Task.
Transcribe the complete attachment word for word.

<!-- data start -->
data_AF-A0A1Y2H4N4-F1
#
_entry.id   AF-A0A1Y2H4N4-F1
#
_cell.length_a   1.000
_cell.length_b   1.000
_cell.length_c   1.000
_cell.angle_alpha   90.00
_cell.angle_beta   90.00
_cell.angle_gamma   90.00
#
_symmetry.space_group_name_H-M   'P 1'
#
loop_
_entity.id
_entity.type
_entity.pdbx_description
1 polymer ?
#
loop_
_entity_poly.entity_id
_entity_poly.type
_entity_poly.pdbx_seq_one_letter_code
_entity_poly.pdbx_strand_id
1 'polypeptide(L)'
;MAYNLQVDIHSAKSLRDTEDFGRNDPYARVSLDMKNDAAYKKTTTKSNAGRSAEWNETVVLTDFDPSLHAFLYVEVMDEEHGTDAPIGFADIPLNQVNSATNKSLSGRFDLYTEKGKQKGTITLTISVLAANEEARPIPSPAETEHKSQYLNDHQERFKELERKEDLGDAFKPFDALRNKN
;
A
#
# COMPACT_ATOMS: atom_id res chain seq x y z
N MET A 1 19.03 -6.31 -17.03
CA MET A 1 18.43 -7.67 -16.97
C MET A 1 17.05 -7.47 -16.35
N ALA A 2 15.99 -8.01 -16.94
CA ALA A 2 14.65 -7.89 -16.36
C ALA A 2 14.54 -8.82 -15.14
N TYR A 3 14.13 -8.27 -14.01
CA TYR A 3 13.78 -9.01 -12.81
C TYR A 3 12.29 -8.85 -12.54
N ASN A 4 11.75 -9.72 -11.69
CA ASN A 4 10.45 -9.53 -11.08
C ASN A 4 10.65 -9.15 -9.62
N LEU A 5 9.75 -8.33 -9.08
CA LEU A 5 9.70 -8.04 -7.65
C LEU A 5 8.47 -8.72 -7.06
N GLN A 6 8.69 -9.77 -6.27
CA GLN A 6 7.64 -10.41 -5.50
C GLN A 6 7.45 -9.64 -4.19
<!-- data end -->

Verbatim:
data_AF-A0A1Y2H4N4-F1
#
_entry.id   AF-A0A1Y2H4N4-F1
#
_cell.length_a   1.000
_cell.length_b   1.000
_cell.length_c   1.000
_cell.angle_alpha   90.00
_cell.angle_beta   90.00
_cell.angle_gamma   90.00
#
_symmetry.space_group_name_H-M   'P 1'
#
loop_
_entity.id
_entity.type
_entity.pdbx_description
1 polymer ?
#
loop_
_entity_poly.entity_id
_entity_poly.type
_entity_poly.pdbx_seq_one_letter_code
_entity_poly.pdbx_strand_id
1 'polypeptide(L)'
;MAYNLQVDIHSAKSLRDTEDFGRNDPYARVSLDMKNDAAYKKTTTKSNAGRSAEWNETVVLTDFDPSLHAFLYVEVMDEEHGTDAPIGFADIPLNQVNSATNKSLSGRFDLYTEKGKQKGTITLTISVLAANEEARPIPSPAETEHKSQYLNDHQERFKELERKEDLGDAFKPFDALRNKN
;
A
#
# COMPACT_ATOMS: atom_id res chain seq x y z
N MET A 1 19.03 -6.31 -17.03
CA MET A 1 18.43 -7.67 -16.97
C MET A 1 17.05 -7.47 -16.35
N ALA A 2 15.99 -8.01 -16.94
CA ALA A 2 14.65 -7.89 -16.36
C ALA A 2 14.54 -8.82 -15.14
N TYR A 3 14.13 -8.27 -14.01
CA TYR A 3 13.78 -9.01 -12.81
C TYR A 3 12.29 -8.85 -12.54
N ASN A 4 11.75 -9.72 -11.69
CA ASN A 4 10.45 -9.53 -11.08
C ASN A 4 10.65 -9.15 -9.62
N LEU A 5 9.75 -8.33 -9.08
CA LEU A 5 9.70 -8.04 -7.65
C LEU A 5 8.47 -8.72 -7.06
N GLN A 6 8.69 -9.77 -6.27
CA GLN A 6 7.64 -10.41 -5.50
C GLN A 6 7.45 -9.64 -4.19